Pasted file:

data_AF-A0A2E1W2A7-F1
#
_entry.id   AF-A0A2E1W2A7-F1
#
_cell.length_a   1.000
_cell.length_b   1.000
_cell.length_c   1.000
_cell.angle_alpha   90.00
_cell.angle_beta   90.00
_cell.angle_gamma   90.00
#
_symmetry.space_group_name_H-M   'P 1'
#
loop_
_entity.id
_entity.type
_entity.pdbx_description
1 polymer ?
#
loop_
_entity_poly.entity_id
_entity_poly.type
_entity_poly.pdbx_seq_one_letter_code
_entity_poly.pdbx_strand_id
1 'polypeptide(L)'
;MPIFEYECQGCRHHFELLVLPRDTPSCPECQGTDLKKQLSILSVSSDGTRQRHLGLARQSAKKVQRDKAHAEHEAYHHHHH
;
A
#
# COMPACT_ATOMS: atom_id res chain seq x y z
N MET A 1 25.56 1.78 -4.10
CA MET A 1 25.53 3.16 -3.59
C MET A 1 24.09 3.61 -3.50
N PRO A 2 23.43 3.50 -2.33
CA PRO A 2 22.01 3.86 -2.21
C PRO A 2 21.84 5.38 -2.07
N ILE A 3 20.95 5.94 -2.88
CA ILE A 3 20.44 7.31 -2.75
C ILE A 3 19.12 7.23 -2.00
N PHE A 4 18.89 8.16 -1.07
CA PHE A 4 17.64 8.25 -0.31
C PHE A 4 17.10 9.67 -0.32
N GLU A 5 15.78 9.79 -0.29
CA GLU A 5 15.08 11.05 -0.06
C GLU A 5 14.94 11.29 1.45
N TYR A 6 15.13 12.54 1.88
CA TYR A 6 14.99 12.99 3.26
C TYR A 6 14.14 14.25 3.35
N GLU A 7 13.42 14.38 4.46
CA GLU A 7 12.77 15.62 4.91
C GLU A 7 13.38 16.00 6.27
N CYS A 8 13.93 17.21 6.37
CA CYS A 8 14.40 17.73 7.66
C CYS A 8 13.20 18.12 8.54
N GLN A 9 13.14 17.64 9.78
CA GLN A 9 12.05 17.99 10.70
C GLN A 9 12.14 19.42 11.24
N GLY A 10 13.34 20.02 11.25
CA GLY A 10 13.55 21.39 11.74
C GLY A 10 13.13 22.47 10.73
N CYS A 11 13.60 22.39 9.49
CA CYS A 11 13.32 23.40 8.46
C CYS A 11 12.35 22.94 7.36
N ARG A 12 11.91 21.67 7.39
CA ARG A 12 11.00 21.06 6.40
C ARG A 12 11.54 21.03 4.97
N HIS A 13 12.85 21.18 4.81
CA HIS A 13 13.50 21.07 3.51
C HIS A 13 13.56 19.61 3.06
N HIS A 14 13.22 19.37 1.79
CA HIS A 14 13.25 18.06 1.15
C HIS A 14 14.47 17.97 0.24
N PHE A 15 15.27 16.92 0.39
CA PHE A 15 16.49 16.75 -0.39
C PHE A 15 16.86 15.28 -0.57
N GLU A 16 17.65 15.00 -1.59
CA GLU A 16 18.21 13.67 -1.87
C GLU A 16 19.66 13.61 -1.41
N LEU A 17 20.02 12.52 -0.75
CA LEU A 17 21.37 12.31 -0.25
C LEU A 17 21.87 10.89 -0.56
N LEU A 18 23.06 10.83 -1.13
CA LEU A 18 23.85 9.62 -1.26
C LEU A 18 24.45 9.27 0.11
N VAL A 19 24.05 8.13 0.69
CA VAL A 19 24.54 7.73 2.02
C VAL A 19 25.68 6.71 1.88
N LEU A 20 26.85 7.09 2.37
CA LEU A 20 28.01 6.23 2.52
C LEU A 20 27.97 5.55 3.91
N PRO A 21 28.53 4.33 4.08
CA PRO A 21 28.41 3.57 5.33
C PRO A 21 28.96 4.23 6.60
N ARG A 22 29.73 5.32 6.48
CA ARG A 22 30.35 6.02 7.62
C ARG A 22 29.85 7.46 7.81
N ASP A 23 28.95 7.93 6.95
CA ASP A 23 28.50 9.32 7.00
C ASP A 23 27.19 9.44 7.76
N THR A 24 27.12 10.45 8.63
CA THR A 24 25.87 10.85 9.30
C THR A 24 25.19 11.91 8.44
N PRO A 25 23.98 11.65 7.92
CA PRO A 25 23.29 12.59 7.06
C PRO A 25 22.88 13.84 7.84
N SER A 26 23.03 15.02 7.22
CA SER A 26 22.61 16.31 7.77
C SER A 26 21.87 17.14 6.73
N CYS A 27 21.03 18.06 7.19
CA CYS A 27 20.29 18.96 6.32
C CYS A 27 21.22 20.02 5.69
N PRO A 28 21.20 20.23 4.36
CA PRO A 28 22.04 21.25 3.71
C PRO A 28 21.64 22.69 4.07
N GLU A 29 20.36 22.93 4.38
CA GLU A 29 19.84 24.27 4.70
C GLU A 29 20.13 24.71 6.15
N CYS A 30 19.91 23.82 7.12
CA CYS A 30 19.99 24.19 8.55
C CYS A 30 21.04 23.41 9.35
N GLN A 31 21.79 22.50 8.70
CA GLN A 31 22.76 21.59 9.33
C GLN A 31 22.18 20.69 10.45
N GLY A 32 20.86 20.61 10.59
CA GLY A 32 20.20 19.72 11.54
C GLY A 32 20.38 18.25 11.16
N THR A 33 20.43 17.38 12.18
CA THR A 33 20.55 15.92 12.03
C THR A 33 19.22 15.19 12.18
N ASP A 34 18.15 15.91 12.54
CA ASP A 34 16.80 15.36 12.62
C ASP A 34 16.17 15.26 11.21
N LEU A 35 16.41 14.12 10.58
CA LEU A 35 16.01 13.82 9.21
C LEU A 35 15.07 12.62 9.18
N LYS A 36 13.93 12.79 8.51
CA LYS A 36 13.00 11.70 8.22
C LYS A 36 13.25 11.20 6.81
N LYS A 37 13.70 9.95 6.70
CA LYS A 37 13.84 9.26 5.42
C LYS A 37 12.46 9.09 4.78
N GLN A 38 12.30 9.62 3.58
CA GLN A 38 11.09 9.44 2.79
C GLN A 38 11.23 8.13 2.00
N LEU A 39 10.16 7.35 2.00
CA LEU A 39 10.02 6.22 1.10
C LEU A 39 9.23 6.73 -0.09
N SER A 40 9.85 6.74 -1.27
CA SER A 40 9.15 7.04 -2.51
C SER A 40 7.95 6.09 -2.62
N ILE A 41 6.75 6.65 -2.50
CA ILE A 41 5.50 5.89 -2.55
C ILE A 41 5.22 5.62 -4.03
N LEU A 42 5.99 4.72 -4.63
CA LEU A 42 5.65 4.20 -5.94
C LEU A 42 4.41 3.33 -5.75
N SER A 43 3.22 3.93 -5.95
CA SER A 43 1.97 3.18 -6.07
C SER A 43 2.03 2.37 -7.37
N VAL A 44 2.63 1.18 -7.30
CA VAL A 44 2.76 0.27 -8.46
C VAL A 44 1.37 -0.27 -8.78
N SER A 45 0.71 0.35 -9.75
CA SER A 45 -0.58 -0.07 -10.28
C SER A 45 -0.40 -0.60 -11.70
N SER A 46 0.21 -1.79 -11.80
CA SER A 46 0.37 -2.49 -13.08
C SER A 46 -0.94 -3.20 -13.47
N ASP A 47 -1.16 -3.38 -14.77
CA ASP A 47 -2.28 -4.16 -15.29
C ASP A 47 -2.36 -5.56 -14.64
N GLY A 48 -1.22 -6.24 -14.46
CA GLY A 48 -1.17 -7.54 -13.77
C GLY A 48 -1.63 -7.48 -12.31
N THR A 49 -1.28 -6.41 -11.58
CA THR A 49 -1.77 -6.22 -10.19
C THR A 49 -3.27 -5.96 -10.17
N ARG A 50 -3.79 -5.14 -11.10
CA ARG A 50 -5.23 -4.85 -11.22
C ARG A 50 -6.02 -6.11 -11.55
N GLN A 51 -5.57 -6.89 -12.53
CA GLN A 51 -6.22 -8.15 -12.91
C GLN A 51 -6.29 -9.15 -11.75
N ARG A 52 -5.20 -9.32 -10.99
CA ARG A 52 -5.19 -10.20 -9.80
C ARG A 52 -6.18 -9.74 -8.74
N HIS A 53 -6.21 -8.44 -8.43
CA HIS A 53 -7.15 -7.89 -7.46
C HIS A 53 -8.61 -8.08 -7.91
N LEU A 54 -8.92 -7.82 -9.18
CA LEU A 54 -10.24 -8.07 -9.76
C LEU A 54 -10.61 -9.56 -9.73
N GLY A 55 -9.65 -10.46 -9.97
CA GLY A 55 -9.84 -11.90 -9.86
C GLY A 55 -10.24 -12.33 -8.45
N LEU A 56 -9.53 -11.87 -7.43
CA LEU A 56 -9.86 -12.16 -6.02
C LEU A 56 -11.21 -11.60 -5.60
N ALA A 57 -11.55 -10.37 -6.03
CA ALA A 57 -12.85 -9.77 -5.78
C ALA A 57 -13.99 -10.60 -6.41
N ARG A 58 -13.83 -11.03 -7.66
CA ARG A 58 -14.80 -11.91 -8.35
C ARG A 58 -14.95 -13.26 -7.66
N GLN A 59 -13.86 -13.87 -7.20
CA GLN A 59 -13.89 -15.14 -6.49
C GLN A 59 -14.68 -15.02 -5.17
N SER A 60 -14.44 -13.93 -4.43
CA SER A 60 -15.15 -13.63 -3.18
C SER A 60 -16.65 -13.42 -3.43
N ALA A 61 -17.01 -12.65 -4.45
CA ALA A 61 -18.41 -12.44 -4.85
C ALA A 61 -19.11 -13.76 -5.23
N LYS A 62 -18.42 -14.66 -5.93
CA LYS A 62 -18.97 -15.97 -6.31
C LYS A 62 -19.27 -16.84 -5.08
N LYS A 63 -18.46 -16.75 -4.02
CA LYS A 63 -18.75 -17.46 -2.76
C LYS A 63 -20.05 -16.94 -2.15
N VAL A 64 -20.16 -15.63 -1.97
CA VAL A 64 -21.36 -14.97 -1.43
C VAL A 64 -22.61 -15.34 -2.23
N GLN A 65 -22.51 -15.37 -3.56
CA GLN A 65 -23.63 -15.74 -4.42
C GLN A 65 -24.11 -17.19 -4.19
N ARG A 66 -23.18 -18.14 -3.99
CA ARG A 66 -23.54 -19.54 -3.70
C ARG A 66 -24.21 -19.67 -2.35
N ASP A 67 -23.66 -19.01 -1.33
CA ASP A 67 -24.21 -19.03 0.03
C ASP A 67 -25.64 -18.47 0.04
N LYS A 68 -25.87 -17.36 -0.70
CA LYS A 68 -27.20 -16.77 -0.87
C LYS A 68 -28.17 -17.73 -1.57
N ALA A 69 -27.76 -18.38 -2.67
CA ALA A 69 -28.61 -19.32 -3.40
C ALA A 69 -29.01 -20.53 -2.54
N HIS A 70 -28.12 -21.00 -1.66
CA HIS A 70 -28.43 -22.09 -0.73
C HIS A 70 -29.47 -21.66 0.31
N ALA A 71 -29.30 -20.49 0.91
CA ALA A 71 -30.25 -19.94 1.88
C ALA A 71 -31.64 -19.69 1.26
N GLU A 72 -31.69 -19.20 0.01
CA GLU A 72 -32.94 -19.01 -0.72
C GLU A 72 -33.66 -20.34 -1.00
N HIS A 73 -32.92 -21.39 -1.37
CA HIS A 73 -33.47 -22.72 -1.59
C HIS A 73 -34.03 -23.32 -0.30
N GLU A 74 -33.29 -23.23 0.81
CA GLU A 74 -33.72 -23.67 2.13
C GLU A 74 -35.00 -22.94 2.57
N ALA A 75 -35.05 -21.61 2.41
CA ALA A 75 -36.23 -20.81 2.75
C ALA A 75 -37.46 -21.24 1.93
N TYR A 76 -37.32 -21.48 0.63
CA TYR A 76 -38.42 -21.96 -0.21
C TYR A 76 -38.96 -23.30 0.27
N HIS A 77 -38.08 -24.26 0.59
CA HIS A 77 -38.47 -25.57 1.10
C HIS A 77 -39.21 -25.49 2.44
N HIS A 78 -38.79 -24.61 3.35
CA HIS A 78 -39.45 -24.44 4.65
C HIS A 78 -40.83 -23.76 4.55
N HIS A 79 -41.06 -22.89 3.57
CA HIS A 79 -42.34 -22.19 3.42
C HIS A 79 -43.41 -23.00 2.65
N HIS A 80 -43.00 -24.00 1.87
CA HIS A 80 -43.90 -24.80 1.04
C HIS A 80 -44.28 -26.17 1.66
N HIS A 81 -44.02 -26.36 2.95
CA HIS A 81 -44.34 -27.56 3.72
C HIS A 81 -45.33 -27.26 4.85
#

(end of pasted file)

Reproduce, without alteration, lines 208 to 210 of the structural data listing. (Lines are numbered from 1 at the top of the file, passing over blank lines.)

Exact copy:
N SER A 60 -14.44 -13.93 -4.43
CA SER A 60 -15.15 -13.63 -3.18
C SER A 60 -16.65 -13.42 -3.43